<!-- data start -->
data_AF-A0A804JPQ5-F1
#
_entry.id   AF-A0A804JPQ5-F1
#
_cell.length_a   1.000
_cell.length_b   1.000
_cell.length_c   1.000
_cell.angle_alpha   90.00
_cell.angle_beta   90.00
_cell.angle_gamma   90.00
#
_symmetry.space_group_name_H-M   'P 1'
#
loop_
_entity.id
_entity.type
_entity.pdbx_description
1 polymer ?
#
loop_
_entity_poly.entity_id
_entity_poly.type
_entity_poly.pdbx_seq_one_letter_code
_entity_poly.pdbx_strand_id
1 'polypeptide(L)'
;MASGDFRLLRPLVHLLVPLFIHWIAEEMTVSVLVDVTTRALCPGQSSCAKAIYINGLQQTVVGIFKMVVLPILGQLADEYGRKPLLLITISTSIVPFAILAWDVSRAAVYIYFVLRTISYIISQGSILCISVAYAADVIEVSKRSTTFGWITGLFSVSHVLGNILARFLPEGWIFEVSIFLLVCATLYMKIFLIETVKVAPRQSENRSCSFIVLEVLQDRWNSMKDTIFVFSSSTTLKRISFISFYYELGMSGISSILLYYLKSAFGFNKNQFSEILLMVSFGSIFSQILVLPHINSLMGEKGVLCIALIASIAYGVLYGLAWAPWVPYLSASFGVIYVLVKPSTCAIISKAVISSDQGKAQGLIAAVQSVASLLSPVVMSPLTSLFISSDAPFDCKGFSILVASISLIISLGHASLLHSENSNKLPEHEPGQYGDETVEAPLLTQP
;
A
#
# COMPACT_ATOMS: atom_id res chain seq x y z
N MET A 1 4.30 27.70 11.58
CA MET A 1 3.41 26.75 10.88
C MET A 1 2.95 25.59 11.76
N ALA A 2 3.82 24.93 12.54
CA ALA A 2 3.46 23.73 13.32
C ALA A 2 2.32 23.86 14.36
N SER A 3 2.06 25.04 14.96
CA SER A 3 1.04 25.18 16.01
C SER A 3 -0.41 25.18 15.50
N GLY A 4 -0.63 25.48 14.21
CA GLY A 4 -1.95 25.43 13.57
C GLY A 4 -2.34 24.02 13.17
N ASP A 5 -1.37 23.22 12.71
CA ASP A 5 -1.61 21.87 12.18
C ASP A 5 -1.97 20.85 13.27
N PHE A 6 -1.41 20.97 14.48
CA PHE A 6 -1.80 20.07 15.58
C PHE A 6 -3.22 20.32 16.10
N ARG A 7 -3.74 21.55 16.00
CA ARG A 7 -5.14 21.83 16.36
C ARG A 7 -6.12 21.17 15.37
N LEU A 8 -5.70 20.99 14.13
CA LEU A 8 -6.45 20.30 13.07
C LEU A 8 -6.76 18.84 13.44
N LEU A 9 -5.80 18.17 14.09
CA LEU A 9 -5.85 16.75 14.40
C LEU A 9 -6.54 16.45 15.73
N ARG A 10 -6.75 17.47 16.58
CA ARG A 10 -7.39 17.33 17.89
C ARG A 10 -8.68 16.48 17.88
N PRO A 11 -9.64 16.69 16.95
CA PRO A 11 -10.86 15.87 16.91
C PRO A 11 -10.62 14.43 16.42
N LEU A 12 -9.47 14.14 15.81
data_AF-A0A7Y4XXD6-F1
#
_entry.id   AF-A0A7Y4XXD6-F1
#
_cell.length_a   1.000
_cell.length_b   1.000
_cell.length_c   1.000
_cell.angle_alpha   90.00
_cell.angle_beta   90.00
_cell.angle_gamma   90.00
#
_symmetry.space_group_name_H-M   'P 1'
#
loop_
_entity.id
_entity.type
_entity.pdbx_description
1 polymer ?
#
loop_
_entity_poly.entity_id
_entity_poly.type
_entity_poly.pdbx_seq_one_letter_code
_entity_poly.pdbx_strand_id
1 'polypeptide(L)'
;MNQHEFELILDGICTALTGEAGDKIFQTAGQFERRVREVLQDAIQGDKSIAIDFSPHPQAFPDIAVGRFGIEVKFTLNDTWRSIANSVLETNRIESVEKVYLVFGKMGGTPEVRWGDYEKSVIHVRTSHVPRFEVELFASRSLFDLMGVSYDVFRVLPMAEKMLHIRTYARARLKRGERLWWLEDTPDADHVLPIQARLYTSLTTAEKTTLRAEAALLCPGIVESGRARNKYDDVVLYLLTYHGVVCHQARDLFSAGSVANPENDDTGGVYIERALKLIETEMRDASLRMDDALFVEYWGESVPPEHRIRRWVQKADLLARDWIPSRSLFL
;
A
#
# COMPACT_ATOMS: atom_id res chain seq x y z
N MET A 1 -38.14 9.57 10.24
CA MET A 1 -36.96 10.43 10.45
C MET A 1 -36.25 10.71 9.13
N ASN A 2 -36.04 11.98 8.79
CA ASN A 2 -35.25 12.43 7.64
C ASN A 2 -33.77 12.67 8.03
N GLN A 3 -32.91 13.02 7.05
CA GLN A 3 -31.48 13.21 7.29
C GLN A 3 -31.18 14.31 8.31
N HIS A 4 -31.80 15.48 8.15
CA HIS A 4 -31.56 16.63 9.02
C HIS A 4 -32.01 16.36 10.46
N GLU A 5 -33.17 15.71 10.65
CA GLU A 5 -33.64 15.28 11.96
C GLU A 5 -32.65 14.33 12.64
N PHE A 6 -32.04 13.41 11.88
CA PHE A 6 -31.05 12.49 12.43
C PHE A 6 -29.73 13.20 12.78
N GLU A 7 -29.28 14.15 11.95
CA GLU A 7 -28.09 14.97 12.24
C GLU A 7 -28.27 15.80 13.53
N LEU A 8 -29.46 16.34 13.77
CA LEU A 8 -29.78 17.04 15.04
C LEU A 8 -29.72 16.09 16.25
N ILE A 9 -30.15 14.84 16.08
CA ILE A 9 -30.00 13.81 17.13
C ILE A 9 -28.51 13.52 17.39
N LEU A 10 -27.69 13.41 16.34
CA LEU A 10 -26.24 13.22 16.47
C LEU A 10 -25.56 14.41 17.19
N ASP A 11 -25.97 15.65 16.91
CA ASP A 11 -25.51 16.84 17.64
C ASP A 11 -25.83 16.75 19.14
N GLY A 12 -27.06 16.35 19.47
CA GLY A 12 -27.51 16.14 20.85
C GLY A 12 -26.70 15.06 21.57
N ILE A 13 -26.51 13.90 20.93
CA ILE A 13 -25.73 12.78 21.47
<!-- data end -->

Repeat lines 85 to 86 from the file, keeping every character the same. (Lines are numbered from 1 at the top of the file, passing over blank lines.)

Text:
_entity_poly.entity_id
_entity_poly.type